Open JanNov 2024
- What if we all had a say?
- Delve Deeper
We sometimes forget that it’s not all about us.
Humans make up a fraction of life on Earth yet our decisions impact everything.
What would have to change to radically improve the way we make decisions? Could we give personhood to non-human animals? What about giving trees a vote?
In this gallery, we look at how we might listen to the perspectives of trees on our democratic decision making. While plants may not have voices, changes in tree canopy coverage can indicate a tree’s level of wellbeing.
Come in and meet The Assembly of Trees, 23 representatives of plants across greater Adelaide. Browse through bills and consider how they might be responding to changes we make. Do they approve?
Humans make up 0.01% of the present-day biomass of life on Earth. And all life that currently exists now is only 1% of all life that has ever existed on Earth. This perspective can help to inform the way humans think about the future and make decisions.
Policy decisions, no matter how distantly related they may seem to ecology, can have potential effects on our environment. If the capacity to actively participate in democracy was extended to non-human animals and even plants, then a development bill, for example, could consider plants as the primary stewards of the lands being regulated.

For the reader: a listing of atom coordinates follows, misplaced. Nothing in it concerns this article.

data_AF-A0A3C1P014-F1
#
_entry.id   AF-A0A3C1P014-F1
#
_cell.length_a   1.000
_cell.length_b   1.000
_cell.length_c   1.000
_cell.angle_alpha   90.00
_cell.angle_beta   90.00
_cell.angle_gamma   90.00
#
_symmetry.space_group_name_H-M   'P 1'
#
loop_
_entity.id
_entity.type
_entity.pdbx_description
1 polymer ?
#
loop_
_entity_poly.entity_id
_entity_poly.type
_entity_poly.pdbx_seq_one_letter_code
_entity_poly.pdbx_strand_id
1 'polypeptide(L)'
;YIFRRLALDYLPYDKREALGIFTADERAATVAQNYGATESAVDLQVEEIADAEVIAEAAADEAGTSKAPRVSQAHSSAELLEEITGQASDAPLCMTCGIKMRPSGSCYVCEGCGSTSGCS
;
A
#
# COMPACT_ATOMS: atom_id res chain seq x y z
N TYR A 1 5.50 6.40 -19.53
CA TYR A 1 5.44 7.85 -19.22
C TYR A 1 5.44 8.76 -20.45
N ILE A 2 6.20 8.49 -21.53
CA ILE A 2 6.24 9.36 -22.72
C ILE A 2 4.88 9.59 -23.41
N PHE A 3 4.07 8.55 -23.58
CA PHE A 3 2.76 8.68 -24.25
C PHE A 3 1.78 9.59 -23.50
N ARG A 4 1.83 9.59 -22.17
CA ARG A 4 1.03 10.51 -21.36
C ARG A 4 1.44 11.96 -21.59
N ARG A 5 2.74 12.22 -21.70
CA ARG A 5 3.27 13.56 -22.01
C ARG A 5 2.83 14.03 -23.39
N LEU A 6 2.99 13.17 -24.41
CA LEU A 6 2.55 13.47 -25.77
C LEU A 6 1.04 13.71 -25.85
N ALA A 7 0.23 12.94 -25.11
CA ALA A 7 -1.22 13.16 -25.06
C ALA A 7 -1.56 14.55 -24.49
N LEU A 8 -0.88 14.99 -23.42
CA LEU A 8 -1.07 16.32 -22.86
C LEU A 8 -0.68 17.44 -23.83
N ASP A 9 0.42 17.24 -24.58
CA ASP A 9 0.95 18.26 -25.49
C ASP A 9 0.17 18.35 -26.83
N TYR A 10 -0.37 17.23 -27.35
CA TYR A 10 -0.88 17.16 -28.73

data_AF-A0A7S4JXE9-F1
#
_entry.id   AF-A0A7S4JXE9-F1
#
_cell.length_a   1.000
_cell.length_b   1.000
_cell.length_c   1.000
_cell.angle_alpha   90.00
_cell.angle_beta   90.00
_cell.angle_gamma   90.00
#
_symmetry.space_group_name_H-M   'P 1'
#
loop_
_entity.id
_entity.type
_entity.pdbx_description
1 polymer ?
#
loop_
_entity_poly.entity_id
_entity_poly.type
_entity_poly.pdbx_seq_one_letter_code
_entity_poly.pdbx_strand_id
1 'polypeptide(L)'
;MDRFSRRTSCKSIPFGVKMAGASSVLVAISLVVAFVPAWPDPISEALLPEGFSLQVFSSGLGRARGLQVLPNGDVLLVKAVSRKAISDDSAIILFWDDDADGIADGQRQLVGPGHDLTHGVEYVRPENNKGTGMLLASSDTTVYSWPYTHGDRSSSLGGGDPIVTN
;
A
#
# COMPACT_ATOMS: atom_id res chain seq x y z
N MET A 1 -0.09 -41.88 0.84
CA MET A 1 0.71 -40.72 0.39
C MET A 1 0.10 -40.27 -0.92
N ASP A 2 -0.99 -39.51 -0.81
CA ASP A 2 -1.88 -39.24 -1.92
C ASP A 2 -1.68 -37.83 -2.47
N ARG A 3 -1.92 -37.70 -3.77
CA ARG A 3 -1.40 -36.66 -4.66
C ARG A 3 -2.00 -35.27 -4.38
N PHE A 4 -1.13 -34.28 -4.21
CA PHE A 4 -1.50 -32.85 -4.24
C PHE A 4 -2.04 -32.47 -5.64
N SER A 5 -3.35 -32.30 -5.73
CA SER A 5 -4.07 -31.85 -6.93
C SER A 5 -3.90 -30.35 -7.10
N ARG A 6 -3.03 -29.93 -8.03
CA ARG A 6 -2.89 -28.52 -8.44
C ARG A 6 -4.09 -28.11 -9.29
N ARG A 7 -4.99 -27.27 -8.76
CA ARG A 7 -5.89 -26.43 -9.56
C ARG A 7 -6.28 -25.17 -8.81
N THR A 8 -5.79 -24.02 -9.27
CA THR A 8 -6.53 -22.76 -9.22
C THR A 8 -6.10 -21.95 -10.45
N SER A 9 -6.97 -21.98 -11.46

There are many groups that already advocate on behalf of disenfranchised communities, like children, immigrants and people who are incarcerated. Once plants become personified, it’s much easier to view them as a political entity. For example, Ecuador’s highest court ruled that a rights-of-nature provision in the country’s constitution forbade plans to mine for copper and gold in a protected forest. In the U.S., a set of lakes, streams and a marsh in Florida were granted legal rights in a landslide county vote and are the first natural nonhuman entities to defend themselves in U.S. courts.
While plants may not have voices, there are other ways they can indicate their levels of wellbeing. Many changes or fluctuations, even if they are temporary, can have a negative impact on, and stress, plants. Stress can have serious repercussions on various phases of a plant’s growth and, ultimately, crop productivity. The effect of stress can influence the physiology of plants, change regulatory networks, and alter gene expression. One indicator of plant stress is tree canopy cover because trees devote less energy to growing leaves when stress increases.
- The philosopher Jonathon Keats wants to incorporate the world’s plants and animals into our democratic systems
- Aerometrex using LIDAR to monitor tree canopy coverage in Adelaide
- Tree growth as indicator of tree vitality and of tree reaction to environmental stress: a review
- Urban Heat and Tree Mapping of Adelaide
- Wilding radio – tune in to the sounds of nature recovery
- Call for tree change on canopy protection
- Increasing SA’s tree canopies
- Sit down with
- A New Ecology for Democracy: How to Enfranchise Non-Human Species, and Why We Should
- The Maori Vision of Antarctica’s Future – The New York Times
- Plans to mine Ecuador forest violate rights of nature, court rules
- Jonathon Keats Artist
- Featherweight Design/Build
- Aerometrex Data and Imagery
- Jimy McGilchrist Build